Hunters and anglers are reminded they must stop at check stations

Check stations are an opportunity for Fish and Game staff to talk to thousands of hunters and see thousands of harvested animals. Hunters should feel free to ask questions, too. The goal is for Fish and Game personnel to get the information needed to see what's happening in the field and also answer questions, and quickly get people back on their way. 

Mores Creek Check Station
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Idaho Fish and Game

If you did not harvest game

Staff will ask you some question and quickly get you back on your way. Remain in your vehicle to maintain Covid safety. 

If you have harvested game

Fish and Game staff will want to look at the animal, and your license and tag. It will save you and everyone's time if the animal is easily accessible. It takes a few minutes to collect all the needed data, and Fish and Game staff is asking people to stay in their vehicles for Covid safety. 

Staff may ask to take a sample of big game animals to test for chronic wasting disease, which has not been detected in Idaho, but it's neighboring states and Fish and Game staff is being vigilant about monitoring for it. 

Many check stations are “management stations” where the main goal is to collect data from harvested animals. However, staff will also pay attention to any rule violations. 

Common violations to avoid

Year after year, staff manning check stations see repeated mistakes, which may result in a reminder, a written warning or a citation. Hunters can avoid that situation by brushing up on these common errors: 

  • Failure to keep evidence of sex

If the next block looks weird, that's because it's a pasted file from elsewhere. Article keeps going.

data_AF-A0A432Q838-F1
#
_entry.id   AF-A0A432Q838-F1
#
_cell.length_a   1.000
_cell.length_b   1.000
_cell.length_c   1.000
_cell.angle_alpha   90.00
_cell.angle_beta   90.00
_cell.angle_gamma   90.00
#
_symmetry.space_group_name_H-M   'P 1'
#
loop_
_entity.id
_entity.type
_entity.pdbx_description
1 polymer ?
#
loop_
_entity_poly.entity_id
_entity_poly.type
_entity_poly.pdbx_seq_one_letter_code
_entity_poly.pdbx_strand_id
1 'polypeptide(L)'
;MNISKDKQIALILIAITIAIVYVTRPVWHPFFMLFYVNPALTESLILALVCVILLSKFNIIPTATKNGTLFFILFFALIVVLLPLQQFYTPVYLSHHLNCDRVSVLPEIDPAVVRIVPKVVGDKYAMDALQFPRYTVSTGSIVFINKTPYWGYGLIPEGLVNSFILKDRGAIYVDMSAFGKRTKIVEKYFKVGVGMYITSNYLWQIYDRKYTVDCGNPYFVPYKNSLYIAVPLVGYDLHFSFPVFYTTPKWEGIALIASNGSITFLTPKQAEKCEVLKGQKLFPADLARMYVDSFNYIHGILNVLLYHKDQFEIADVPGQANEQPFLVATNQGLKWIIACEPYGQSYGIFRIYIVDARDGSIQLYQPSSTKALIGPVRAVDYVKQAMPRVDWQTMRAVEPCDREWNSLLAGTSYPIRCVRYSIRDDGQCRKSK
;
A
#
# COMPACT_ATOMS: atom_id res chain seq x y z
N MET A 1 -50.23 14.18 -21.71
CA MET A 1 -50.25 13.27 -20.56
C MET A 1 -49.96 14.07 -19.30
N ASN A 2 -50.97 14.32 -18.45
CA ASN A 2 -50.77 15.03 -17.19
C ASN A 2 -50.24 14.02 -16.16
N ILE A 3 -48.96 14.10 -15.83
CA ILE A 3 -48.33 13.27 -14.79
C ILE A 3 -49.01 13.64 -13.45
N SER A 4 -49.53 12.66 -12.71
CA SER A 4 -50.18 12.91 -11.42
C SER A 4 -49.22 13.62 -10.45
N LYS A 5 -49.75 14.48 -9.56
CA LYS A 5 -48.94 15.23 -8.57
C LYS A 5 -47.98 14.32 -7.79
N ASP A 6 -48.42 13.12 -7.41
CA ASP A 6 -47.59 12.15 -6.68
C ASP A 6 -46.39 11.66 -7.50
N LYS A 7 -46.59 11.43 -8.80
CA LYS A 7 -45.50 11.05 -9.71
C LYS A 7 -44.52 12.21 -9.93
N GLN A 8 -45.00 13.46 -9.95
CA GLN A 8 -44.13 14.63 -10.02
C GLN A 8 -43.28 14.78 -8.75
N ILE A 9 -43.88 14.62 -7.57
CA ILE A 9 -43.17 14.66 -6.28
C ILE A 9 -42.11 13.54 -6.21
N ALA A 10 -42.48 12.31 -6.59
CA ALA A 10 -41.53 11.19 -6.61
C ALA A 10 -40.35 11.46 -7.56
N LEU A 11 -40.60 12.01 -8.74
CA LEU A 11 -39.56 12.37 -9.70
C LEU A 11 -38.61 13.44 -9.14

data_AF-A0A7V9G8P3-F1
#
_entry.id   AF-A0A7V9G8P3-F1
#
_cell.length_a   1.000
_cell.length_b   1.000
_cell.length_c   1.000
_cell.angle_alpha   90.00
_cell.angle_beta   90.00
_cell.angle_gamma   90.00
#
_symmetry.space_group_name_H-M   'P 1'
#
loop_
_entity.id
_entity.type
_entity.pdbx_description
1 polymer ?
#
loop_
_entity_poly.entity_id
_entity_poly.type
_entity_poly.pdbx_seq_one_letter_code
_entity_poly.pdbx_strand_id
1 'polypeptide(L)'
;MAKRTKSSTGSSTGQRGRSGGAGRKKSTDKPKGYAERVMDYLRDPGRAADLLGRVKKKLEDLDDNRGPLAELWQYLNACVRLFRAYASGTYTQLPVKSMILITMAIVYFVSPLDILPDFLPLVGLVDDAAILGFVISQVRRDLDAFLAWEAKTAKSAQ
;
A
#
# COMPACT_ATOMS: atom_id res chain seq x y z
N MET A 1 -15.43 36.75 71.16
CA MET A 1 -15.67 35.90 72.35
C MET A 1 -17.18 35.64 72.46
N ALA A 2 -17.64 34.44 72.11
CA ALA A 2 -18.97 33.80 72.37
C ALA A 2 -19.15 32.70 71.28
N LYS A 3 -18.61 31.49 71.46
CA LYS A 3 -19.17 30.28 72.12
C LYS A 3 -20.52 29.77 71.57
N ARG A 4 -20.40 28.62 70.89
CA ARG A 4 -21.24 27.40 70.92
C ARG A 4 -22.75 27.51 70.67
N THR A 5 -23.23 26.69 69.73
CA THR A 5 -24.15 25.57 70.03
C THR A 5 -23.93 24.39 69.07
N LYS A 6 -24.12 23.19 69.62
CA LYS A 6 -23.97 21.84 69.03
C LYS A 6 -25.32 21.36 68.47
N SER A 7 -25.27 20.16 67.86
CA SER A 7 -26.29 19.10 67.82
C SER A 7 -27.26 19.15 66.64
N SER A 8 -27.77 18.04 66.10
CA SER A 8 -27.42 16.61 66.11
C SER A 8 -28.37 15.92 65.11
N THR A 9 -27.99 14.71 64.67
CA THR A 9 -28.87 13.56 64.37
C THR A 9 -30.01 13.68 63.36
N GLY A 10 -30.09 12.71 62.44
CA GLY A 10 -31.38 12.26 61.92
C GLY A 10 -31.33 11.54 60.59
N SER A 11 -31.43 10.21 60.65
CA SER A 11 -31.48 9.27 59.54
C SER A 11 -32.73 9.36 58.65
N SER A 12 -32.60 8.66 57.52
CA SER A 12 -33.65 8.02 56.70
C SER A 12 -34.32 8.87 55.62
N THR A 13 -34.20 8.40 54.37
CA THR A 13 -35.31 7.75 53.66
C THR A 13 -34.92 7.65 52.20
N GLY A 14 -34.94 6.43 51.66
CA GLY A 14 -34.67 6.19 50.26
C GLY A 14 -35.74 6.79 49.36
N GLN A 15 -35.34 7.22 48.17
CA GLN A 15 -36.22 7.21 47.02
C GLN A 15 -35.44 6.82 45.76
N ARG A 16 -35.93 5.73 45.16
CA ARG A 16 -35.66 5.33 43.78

Even in either-sex hunts, the head or other evidence of sex needs to be naturally attached to the carcass until you get it home. In hunts with antler-point restrictions, the antlers must accompany the carcass. For more information about preserving evidence of sex see page 102 of the Big Game Seasons and Rules booklet
  • Failure to properly validate your tag 
    Make sure the notches for the correct day and month are fully removed from your tag immediately after you harvest the animal. The tag must be attached to the largest part of the carcass. Again, completely notch the tag. A slice through the day and date won't cut it. 
  • Failure to have a proxy statement 
    One is issued with your tag, and if you’re transporting game for someone else, you must have a proxy statement. Proxy statements are also available on page 102 in the Big Game Seasons and Rules booklet, along with other important rules.  
  • Maintain proof of species
    In seasons restricted to mule deer or white-tail deer only, proof of species must remain naturally attached. If you remove the head, you must leave the fully-haired tail attached.

Here's more information.